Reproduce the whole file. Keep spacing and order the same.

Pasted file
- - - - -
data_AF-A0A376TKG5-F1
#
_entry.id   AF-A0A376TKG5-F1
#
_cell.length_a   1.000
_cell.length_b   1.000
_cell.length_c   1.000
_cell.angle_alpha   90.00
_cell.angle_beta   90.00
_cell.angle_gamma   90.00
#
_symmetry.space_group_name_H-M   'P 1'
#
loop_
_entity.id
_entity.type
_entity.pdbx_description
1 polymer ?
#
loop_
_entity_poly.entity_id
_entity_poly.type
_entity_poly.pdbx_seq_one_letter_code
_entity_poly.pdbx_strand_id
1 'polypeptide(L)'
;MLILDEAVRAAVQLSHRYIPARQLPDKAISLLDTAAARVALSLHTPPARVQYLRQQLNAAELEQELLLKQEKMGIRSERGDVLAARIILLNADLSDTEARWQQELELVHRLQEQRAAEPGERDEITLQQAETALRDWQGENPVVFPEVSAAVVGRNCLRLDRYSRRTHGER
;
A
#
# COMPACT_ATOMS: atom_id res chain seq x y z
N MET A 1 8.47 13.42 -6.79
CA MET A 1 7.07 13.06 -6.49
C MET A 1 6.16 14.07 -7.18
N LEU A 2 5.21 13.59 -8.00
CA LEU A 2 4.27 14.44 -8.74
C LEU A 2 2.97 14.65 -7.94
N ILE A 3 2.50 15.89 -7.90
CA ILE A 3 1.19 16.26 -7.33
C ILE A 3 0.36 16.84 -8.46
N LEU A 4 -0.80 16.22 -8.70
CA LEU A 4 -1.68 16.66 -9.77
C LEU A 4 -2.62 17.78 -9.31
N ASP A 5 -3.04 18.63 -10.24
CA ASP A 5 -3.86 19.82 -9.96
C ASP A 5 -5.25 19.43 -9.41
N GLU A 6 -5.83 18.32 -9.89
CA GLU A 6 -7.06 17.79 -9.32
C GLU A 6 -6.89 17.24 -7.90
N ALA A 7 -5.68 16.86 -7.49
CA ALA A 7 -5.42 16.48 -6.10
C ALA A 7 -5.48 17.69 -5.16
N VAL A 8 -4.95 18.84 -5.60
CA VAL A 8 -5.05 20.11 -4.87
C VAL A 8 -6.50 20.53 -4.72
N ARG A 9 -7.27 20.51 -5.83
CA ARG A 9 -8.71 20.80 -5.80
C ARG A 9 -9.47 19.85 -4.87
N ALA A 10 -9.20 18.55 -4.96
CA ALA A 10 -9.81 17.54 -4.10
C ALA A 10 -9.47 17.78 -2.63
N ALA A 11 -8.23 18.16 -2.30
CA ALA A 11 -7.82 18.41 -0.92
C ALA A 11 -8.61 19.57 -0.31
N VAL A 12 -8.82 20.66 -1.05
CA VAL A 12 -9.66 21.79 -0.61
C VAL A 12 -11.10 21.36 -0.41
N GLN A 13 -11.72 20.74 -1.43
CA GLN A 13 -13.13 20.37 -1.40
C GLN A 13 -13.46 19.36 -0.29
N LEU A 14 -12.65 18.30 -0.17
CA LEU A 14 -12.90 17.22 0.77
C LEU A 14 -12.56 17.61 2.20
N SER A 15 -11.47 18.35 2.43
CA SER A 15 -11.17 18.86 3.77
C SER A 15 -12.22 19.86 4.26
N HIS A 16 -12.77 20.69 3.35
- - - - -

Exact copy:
data_AF-A0A376TKG5-F1
#
_entry.id   AF-A0A376TKG5-F1
#
_cell.length_a   1.000
_cell.length_b   1.000
_cell.length_c   1.000
_cell.angle_alpha   90.00
_cell.angle_beta   90.00
_cell.angle_gamma   90.00
#
_symmetry.space_group_name_H-M   'P 1'
#
loop_
_entity.id
_entity.type
_entity.pdbx_description
1 polymer ?
#
loop_
_entity_poly.entity_id
_entity_poly.type
_entity_poly.pdbx_seq_one_letter_code
_entity_poly.pdbx_strand_id
1 'polypeptide(L)'
;MLILDEAVRAAVQLSHRYIPARQLPDKAISLLDTAAARVALSLHTPPARVQYLRQQLNAAELEQELLLKQEKMGIRSERGDVLAARIILLNADLSDTEARWQQELELVHRLQEQRAAEPGERDEITLQQAETALRDWQGENPVVFPEVSAAVVGRNCLRLDRYSRRTHGER
;
A
#
# COMPACT_ATOMS: atom_id res chain seq x y z
N MET A 1 8.47 13.42 -6.79
CA MET A 1 7.07 13.06 -6.49
C MET A 1 6.16 14.07 -7.18
N LEU A 2 5.21 13.59 -8.00
CA LEU A 2 4.27 14.44 -8.74
C LEU A 2 2.97 14.65 -7.94
N ILE A 3 2.50 15.89 -7.90
CA ILE A 3 1.19 16.26 -7.33
C ILE A 3 0.36 16.84 -8.46
N LEU A 4 -0.80 16.22 -8.70
CA LEU A 4 -1.68 16.66 -9.77
C LEU A 4 -2.62 17.78 -9.31
N ASP A 5 -3.04 18.63 -10.24
CA ASP A 5 -3.86 19.82 -9.96
C ASP A 5 -5.25 19.43 -9.41
N GLU A 6 -5.83 18.32 -9.89
CA GLU A 6 -7.06 17.79 -9.32
C GLU A 6 -6.89 17.24 -7.90
N ALA A 7 -5.68 16.86 -7.49
CA ALA A 7 -5.42 16.48 -6.10
C ALA A 7 -5.48 17.69 -5.16
N VAL A 8 -4.95 18.84 -5.60
CA VAL A 8 -5.05 20.11 -4.87
C VAL A 8 -6.50 20.53 -4.72
N ARG A 9 -7.27 20.51 -5.83
CA ARG A 9 -8.71 20.80 -5.80
C ARG A 9 -9.47 19.85 -4.87
N ALA A 10 -9.20 18.55 -4.96
CA ALA A 10 -9.81 17.54 -4.10
C ALA A 10 -9.47 17.78 -2.63
N ALA A 11 -8.23 18.16 -2.30
CA ALA A 11 -7.82 18.41 -0.92
C ALA A 11 -8.61 19.57 -0.31
N VAL A 12 -8.82 20.66 -1.05
CA VAL A 12 -9.66 21.79 -0.61
C VAL A 12 -11.10 21.36 -0.41
N GLN A 13 -11.72 20.74 -1.43
CA GLN A 13 -13.13 20.37 -1.40
C GLN A 13 -13.46 19.36 -0.29
N LEU A 14 -12.65 18.30 -0.17
CA LEU A 14 -12.90 17.22 0.77
C LEU A 14 -12.56 17.61 2.20
N SER A 15 -11.47 18.35 2.43
CA SER A 15 -11.17 18.86 3.77
C SER A 15 -12.22 19.86 4.26
N HIS A 16 -12.77 20.69 3.35